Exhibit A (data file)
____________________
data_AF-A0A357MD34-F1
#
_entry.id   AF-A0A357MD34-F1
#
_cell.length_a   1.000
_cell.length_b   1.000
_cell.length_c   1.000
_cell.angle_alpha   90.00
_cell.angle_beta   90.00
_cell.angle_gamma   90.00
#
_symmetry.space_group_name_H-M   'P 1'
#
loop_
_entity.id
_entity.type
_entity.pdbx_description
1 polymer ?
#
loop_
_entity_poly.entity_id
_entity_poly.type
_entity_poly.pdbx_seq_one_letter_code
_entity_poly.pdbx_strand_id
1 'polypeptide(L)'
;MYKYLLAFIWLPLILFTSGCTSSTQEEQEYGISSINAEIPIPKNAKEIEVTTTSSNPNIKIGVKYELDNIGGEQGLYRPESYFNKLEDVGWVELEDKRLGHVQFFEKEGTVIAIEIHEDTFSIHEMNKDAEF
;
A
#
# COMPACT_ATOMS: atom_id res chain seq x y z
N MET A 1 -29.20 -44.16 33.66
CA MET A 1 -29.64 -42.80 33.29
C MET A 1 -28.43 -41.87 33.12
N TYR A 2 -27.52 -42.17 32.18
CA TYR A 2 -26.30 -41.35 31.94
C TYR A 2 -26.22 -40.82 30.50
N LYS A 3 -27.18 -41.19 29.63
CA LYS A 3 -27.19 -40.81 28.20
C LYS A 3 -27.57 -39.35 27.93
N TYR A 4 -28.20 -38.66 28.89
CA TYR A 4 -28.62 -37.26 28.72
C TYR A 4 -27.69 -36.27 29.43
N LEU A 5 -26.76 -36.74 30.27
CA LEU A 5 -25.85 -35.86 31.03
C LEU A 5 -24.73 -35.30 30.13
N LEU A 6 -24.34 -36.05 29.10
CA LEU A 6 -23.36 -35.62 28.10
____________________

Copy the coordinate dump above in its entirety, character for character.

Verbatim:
data_AF-A0A357MD34-F1
#
_entry.id   AF-A0A357MD34-F1
#
_cell.length_a   1.000
_cell.length_b   1.000
_cell.length_c   1.000
_cell.angle_alpha   90.00
_cell.angle_beta   90.00
_cell.angle_gamma   90.00
#
_symmetry.space_group_name_H-M   'P 1'
#
loop_
_entity.id
_entity.type
_entity.pdbx_description
1 polymer ?
#
loop_
_entity_poly.entity_id
_entity_poly.type
_entity_poly.pdbx_seq_one_letter_code
_entity_poly.pdbx_strand_id
1 'polypeptide(L)'
;MYKYLLAFIWLPLILFTSGCTSSTQEEQEYGISSINAEIPIPKNAKEIEVTTTSSNPNIKIGVKYELDNIGGEQGLYRPESYFNKLEDVGWVELEDKRLGHVQFFEKEGTVIAIEIHEDTFSIHEMNKDAEF
;
A
#
# COMPACT_ATOMS: atom_id res chain seq x y z
N MET A 1 -29.20 -44.16 33.66
CA MET A 1 -29.64 -42.80 33.29
C MET A 1 -28.43 -41.87 33.12
N TYR A 2 -27.52 -42.17 32.18
CA TYR A 2 -26.30 -41.35 31.94
C TYR A 2 -26.22 -40.82 30.50
N LYS A 3 -27.18 -41.19 29.63
CA LYS A 3 -27.19 -40.81 28.20
C LYS A 3 -27.57 -39.35 27.93
N TYR A 4 -28.20 -38.66 28.89
CA TYR A 4 -28.62 -37.26 28.72
C TYR A 4 -27.69 -36.27 29.43
N LEU A 5 -26.76 -36.74 30.27
CA LEU A 5 -25.85 -35.86 31.03
C LEU A 5 -24.73 -35.30 30.13
N LEU A 6 -24.34 -36.05 29.10
CA LEU A 6 -23.36 -35.62 28.10